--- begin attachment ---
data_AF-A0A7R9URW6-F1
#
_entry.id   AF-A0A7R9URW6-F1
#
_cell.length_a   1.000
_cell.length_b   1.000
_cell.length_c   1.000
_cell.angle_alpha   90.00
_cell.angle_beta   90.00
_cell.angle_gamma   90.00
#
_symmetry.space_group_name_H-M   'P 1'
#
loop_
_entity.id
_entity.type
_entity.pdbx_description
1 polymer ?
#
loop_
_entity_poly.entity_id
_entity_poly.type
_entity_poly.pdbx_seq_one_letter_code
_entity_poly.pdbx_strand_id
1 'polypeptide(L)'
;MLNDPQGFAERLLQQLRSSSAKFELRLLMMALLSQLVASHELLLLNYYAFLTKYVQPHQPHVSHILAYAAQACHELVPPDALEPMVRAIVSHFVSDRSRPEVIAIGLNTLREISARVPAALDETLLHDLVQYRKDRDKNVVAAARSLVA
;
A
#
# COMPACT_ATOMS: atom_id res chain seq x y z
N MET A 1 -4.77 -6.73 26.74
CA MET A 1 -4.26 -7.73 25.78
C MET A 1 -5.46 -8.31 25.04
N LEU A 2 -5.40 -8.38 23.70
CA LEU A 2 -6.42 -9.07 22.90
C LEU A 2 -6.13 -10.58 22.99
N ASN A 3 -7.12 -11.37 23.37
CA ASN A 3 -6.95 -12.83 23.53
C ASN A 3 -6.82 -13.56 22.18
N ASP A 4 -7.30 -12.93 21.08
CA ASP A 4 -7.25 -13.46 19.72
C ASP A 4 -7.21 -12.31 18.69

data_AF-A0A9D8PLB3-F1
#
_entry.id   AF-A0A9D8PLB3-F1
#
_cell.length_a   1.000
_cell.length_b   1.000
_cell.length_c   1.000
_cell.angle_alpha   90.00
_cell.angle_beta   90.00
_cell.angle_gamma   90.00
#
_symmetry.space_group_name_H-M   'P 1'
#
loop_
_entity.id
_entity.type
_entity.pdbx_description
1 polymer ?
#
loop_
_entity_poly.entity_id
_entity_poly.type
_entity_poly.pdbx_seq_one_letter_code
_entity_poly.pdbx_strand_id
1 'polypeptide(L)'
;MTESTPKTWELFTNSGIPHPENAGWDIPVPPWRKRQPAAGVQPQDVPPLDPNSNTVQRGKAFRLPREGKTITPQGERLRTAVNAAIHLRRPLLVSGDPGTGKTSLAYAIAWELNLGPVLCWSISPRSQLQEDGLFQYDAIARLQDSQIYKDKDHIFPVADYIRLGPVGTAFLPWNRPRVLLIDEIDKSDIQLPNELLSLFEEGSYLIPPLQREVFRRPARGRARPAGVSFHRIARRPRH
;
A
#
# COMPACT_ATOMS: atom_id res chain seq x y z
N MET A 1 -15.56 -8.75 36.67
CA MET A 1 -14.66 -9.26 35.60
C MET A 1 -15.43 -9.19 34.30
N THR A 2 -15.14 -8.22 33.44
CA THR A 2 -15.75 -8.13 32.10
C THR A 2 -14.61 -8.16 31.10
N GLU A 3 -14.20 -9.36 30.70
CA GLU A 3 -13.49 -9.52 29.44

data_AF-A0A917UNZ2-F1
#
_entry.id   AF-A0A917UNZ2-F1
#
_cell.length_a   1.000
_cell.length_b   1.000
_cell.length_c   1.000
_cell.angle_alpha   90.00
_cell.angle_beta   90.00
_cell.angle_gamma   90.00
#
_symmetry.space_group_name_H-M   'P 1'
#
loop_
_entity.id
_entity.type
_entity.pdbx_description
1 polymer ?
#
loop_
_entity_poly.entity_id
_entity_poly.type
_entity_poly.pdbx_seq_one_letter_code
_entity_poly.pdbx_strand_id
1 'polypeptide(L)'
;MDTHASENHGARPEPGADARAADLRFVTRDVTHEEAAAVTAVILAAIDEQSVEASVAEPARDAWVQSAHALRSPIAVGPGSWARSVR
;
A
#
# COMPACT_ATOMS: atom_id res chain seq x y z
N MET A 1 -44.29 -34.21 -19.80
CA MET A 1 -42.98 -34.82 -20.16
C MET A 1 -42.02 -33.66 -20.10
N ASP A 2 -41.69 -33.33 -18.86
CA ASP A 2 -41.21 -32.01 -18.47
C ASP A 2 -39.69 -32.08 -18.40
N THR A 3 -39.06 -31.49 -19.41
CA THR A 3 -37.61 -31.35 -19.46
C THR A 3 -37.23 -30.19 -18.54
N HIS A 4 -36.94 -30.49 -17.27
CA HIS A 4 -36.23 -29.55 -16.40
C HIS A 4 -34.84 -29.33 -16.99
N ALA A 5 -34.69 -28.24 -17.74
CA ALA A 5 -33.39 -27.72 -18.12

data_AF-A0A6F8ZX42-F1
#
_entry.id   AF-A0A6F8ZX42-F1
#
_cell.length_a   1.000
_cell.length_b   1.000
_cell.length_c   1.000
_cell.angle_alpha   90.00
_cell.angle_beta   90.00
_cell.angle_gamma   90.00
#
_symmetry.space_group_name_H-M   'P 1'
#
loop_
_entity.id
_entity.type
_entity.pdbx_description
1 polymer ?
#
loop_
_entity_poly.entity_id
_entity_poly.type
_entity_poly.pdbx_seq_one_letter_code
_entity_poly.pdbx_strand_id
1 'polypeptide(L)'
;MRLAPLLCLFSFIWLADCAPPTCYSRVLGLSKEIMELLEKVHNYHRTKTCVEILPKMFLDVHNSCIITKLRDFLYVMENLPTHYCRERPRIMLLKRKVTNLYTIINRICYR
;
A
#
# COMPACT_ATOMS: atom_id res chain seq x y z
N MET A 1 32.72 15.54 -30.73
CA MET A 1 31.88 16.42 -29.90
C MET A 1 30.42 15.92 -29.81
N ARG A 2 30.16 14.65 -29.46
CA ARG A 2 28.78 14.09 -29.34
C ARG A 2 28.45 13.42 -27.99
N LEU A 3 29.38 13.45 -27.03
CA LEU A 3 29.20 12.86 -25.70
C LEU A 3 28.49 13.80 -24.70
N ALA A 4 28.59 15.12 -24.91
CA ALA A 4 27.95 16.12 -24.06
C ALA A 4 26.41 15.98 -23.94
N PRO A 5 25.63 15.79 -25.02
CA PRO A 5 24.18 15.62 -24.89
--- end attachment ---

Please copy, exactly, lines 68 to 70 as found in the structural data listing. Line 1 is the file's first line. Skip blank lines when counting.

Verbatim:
;MTESTPKTWELFTNSGIPHPENAGWDIPVPPWRKRQPAAGVQPQDVPPLDPNSNTVQRGKAFRLPREGKTITPQGERLRTAVNAAIHLRRPLLVSGDPGTGKTSLAYAIAWELNLGPVLCWSISPRSQLQEDGLFQYDAIARLQDSQIYKDKDHIFPVADYIRLGPVGTAFLPWNRPRVLLIDEIDKSDIQLPNELLSLFEEGSYLIPPLQREVFRRPARGRARPAGVSFHRIARRPRH
;
A